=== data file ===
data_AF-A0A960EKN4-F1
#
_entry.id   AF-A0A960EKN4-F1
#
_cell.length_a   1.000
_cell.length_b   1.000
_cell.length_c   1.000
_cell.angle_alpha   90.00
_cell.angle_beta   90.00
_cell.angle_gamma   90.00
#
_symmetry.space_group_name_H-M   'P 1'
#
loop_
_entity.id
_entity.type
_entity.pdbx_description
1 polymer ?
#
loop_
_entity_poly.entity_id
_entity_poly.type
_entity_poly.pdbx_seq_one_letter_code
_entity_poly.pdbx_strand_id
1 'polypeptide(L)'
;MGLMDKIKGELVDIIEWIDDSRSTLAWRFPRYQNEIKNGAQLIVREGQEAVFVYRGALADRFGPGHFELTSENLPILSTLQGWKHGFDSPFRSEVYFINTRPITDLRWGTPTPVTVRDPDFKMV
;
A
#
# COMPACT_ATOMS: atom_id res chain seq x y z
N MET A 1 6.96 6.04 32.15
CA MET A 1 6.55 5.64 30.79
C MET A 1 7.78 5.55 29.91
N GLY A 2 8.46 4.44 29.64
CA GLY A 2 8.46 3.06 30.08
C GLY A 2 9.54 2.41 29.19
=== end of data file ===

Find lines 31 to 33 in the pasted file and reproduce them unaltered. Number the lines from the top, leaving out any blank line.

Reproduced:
N MET A 1 6.96 6.04 32.15
CA MET A 1 6.55 5.64 30.79
C MET A 1 7.78 5.55 29.91